Over the past few years, the U.S. Department of Labor (DOL) has investigated the misuse of per diem payments as a substitute for compensation in a number of industries. At a recent event for employment lawyers in Pittsburgh, an attorney with the DOL indicated that this is still an issue that they were actively investigating, especially within the energy industry where a strong demand has led to increased incentives to attract workers. This issue leads to possible non-compliance with the overtime requirements of the Fair Labor Standards Act of 1938 (FLSA), 29 U.S.C. § 201 et seq.

The FLSA requires that non-exempt employees be paid a rate of one-and-one-half times their “regular rate” for any time worked beyond 40 hours in a workweek.  See 29 U.S.C. § 207(a). The “regular rate” is not limited to the wages that the employee is paid, but includes “all remuneration for employment paid to, or on behalf of, the employee,” with a few exceptions. See 29 U.S.C. § 207(e). Per diem payments are generally not included in the regular rate for purposes of calculating overtime, see 29 U.S.C. § 207(e)(2), but only to the extent that the per diem represents the actual or reasonably approximate amount of the employee’s transportation, meals and lodging. See 29 CFR § 778.217.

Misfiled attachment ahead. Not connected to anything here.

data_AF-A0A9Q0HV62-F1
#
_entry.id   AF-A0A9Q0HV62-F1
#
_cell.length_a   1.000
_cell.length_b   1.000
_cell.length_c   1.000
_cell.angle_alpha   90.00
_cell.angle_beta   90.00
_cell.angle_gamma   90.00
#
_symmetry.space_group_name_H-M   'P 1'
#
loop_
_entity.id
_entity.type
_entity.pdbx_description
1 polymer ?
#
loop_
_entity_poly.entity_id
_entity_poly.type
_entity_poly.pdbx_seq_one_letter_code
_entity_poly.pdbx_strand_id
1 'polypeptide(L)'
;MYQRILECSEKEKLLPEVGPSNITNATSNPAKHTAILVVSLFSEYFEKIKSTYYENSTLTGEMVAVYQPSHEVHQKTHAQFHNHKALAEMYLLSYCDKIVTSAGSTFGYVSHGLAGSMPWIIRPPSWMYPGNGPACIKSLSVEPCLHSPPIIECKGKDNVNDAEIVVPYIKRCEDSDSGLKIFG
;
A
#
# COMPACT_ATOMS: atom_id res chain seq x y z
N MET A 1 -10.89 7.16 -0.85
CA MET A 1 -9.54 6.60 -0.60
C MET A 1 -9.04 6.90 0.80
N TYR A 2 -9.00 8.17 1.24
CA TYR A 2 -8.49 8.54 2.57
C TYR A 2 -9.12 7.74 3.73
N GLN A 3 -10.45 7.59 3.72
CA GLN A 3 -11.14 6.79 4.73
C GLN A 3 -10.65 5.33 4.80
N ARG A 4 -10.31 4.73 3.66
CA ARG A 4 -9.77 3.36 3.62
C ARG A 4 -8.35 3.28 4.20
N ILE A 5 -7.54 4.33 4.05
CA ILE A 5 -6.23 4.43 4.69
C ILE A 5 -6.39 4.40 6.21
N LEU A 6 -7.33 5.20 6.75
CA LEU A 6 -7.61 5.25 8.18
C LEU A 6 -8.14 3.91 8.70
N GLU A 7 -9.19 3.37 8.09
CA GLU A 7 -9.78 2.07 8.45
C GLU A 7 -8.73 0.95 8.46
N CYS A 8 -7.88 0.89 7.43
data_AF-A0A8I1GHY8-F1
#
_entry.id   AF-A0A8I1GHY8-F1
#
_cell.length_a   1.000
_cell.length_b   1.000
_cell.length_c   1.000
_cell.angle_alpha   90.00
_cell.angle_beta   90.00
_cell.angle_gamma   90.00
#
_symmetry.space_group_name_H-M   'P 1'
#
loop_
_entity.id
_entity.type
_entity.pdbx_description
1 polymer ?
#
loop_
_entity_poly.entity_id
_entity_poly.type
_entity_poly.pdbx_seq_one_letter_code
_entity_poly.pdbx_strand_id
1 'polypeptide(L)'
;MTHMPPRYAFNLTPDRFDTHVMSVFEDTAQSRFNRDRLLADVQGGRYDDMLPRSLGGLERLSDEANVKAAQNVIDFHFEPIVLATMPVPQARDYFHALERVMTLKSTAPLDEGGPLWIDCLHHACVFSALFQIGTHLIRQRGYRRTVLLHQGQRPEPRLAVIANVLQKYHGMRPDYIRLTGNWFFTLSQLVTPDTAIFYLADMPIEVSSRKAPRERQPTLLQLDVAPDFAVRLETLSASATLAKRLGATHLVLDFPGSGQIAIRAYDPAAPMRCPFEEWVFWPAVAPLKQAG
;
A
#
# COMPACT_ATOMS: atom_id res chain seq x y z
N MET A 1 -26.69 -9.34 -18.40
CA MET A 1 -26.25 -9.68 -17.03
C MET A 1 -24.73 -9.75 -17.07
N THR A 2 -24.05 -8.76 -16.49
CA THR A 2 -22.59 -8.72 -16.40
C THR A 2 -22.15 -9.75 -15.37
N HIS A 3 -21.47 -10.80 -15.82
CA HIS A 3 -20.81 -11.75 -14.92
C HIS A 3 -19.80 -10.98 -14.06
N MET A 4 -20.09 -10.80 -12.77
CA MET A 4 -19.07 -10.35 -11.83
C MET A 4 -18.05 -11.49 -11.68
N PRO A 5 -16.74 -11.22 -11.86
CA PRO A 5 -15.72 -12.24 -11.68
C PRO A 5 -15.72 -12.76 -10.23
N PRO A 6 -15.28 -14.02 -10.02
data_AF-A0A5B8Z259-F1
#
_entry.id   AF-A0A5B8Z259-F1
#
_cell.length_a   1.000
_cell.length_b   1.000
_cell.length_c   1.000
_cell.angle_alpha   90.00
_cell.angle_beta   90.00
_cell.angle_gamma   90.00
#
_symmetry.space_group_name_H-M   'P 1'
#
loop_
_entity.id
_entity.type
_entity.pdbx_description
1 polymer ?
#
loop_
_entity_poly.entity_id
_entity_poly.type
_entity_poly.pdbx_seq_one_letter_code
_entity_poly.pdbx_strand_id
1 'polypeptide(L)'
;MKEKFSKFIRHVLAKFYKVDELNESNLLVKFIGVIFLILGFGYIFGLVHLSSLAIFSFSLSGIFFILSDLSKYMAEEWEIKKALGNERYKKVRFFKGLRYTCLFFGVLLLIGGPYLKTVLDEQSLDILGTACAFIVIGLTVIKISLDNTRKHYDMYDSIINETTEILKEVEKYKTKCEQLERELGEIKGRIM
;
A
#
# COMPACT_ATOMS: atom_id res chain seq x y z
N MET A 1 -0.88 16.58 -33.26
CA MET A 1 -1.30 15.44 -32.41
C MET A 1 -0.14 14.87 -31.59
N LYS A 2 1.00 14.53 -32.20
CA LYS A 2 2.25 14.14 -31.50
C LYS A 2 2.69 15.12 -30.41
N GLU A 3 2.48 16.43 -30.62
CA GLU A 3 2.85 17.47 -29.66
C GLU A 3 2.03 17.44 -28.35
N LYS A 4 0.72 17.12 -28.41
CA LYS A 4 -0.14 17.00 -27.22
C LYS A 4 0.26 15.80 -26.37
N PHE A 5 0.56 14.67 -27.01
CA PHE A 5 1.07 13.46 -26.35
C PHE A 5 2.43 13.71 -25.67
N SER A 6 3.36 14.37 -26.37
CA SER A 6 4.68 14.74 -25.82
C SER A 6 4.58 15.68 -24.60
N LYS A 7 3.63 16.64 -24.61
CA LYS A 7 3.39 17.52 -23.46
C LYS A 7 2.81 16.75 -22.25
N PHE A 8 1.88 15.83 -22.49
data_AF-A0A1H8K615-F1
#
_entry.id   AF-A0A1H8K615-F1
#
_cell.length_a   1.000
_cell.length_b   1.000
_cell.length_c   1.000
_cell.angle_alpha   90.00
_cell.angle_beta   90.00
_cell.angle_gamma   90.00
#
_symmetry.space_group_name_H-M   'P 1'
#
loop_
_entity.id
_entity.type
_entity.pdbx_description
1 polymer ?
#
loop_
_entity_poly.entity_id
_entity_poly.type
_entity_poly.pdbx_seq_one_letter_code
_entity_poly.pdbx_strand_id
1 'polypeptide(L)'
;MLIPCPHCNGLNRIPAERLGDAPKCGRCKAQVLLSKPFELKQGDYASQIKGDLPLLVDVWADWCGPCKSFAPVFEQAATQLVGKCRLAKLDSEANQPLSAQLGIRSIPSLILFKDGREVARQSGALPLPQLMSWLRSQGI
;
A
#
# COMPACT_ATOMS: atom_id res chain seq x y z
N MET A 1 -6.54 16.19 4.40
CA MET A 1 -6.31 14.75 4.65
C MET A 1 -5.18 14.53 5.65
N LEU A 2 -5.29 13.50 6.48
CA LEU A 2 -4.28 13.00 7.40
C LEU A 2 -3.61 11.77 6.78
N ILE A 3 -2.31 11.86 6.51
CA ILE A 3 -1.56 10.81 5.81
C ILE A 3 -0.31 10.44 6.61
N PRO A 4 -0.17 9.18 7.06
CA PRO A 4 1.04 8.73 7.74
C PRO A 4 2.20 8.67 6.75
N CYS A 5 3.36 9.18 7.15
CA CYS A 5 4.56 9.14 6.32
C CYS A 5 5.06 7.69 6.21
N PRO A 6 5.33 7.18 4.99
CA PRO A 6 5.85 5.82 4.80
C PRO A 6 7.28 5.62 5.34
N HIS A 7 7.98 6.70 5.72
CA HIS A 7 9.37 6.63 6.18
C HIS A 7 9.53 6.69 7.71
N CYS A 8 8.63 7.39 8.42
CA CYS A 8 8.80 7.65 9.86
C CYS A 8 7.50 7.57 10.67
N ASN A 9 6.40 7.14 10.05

The following are some of the situations that may be deemed by the DOL to signal impermissible uses of per diem payments:

  • Certain classifications of workers being paid a higher per diem than others;
  • Per diem payments paid at the same rate across different markets despite variations in the cost of living in those markets; and
  • Workers with an established residence near the job site receiving per diem payments.

Companies offering per diem payments to employees may wish to review their policies to ensure that they comply with the laws regarding overtime. Failure to comply with the rules regarding per diem payments could not only lead to an investigation by the DOL, but it could also be the subject of litigation filed by an employee, both of which could result in substantial liability for unpaid overtime.

The information contained in this publication should not be construed as legal advice, is not a substitute for legal counsel, and should not be relied on as such. For legal advice or answers to specific questions, please contact one of our attorneys.

Jeffrey B. Cadle is an attorney in Obermayer’s Pittsburgh Office, practicing in the areas of commercial litigation and employment law. He can be reached at 412-288-2473 or Jeffrey.Cadle@obermayer.com.